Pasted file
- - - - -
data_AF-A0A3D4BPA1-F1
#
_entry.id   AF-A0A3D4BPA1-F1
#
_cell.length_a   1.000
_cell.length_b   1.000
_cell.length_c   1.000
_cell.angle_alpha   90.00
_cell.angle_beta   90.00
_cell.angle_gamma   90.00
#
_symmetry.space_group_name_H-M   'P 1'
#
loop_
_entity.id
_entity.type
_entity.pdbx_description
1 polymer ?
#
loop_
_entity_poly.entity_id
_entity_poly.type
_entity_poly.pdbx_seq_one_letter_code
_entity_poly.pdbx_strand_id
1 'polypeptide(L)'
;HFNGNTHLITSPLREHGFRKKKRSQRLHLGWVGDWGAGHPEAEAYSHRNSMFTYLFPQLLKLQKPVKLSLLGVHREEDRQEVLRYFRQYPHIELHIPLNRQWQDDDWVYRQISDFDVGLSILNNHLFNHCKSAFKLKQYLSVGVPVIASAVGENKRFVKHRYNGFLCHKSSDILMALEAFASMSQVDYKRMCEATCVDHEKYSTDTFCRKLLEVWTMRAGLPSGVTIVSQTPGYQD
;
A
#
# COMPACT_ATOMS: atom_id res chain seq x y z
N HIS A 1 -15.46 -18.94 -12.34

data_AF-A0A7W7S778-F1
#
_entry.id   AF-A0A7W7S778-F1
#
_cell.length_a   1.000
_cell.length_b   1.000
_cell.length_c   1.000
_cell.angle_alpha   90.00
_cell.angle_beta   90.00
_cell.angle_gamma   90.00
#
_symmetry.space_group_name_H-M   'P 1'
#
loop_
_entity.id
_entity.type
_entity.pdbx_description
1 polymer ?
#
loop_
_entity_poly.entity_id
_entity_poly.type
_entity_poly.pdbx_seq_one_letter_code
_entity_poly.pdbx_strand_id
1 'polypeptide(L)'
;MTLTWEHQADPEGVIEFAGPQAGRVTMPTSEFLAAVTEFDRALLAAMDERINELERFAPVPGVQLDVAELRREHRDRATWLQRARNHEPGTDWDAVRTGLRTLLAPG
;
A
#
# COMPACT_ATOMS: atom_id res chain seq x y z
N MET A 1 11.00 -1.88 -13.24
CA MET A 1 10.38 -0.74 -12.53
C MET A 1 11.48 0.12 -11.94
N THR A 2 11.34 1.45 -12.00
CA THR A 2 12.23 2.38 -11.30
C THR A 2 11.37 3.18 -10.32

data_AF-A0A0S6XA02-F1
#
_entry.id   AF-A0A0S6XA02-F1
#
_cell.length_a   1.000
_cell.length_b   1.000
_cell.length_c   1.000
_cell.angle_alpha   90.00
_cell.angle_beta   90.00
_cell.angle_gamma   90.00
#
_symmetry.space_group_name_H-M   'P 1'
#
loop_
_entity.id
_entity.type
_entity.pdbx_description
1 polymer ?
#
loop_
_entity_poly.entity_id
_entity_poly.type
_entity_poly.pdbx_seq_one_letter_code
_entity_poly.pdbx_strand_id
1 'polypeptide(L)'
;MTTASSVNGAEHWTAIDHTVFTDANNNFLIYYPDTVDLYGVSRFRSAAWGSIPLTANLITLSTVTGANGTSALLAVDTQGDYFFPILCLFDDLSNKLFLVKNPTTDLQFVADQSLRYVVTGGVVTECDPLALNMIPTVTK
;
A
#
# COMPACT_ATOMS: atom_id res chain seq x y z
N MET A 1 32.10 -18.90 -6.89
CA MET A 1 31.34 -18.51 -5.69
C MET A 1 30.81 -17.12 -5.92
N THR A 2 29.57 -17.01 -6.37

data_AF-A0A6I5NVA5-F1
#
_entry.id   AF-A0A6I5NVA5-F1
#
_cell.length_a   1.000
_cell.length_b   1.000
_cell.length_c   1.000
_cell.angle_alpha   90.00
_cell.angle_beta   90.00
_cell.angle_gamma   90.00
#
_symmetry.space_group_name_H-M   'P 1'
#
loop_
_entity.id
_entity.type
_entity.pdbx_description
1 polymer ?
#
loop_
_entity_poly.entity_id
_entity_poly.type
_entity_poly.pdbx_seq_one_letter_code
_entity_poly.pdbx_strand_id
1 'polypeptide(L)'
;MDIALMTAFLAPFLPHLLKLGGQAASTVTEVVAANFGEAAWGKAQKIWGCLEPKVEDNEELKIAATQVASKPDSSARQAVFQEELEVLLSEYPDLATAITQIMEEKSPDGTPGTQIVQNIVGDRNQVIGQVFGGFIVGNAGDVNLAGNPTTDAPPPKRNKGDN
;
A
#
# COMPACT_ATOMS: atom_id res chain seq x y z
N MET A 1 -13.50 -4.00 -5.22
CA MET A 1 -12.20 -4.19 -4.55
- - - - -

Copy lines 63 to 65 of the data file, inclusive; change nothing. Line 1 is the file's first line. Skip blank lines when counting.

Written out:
CA MET A 1 10.38 -0.74 -12.53
C MET A 1 11.48 0.12 -11.94
N THR A 2 11.34 1.45 -12.00